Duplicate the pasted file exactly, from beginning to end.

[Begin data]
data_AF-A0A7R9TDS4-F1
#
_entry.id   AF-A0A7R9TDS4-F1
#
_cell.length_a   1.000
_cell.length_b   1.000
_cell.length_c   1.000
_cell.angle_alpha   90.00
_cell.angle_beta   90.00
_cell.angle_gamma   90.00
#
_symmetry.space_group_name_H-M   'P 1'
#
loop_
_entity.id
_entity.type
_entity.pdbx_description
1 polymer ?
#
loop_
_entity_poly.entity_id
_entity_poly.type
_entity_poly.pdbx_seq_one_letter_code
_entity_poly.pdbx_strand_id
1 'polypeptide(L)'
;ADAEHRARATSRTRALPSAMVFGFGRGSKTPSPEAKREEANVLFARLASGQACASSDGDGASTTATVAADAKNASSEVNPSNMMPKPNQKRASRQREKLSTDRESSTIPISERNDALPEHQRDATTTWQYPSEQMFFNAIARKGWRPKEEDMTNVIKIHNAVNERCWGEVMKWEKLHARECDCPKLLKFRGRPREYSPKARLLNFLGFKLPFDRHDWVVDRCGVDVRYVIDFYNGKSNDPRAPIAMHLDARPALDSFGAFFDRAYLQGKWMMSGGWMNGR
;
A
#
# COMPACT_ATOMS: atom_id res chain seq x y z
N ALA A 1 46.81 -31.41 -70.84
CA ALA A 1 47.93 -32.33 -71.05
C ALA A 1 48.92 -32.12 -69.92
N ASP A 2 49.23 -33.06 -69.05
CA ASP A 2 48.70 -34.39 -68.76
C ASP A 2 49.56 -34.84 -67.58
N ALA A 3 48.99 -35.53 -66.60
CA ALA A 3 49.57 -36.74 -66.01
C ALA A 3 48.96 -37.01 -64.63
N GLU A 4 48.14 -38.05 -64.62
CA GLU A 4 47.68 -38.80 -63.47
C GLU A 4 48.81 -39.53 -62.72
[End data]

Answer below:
data_AF-A0A7R9TDS4-F1
#
_entry.id   AF-A0A7R9TDS4-F1
#
_cell.length_a   1.000
_cell.length_b   1.000
_cell.length_c   1.000
_cell.angle_alpha   90.00
_cell.angle_beta   90.00
_cell.angle_gamma   90.00
#
_symmetry.space_group_name_H-M   'P 1'
#
loop_
_entity.id
_entity.type
_entity.pdbx_description
1 polymer ?
#
loop_
_entity_poly.entity_id
_entity_poly.type
_entity_poly.pdbx_seq_one_letter_code
_entity_poly.pdbx_strand_id
1 'polypeptide(L)'
;ADAEHRARATSRTRALPSAMVFGFGRGSKTPSPEAKREEANVLFARLASGQACASSDGDGASTTATVAADAKNASSEVNPSNMMPKPNQKRASRQREKLSTDRESSTIPISERNDALPEHQRDATTTWQYPSEQMFFNAIARKGWRPKEEDMTNVIKIHNAVNERCWGEVMKWEKLHARECDCPKLLKFRGRPREYSPKARLLNFLGFKLPFDRHDWVVDRCGVDVRYVIDFYNGKSNDPRAPIAMHLDARPALDSFGAFFDRAYLQGKWMMSGGWMNGR
;
A
#
# COMPACT_ATOMS: atom_id res chain seq x y z
N ALA A 1 46.81 -31.41 -70.84
CA ALA A 1 47.93 -32.33 -71.05
C ALA A 1 48.92 -32.12 -69.92
N ASP A 2 49.23 -33.06 -69.05
CA ASP A 2 48.70 -34.39 -68.76
C ASP A 2 49.56 -34.84 -67.58
N ALA A 3 48.99 -35.53 -66.60
CA ALA A 3 49.57 -36.74 -66.01
C ALA A 3 48.96 -37.01 -64.63
N GLU A 4 48.14 -38.05 -64.62
CA GLU A 4 47.68 -38.80 -63.47
C GLU A 4 48.81 -39.53 -62.72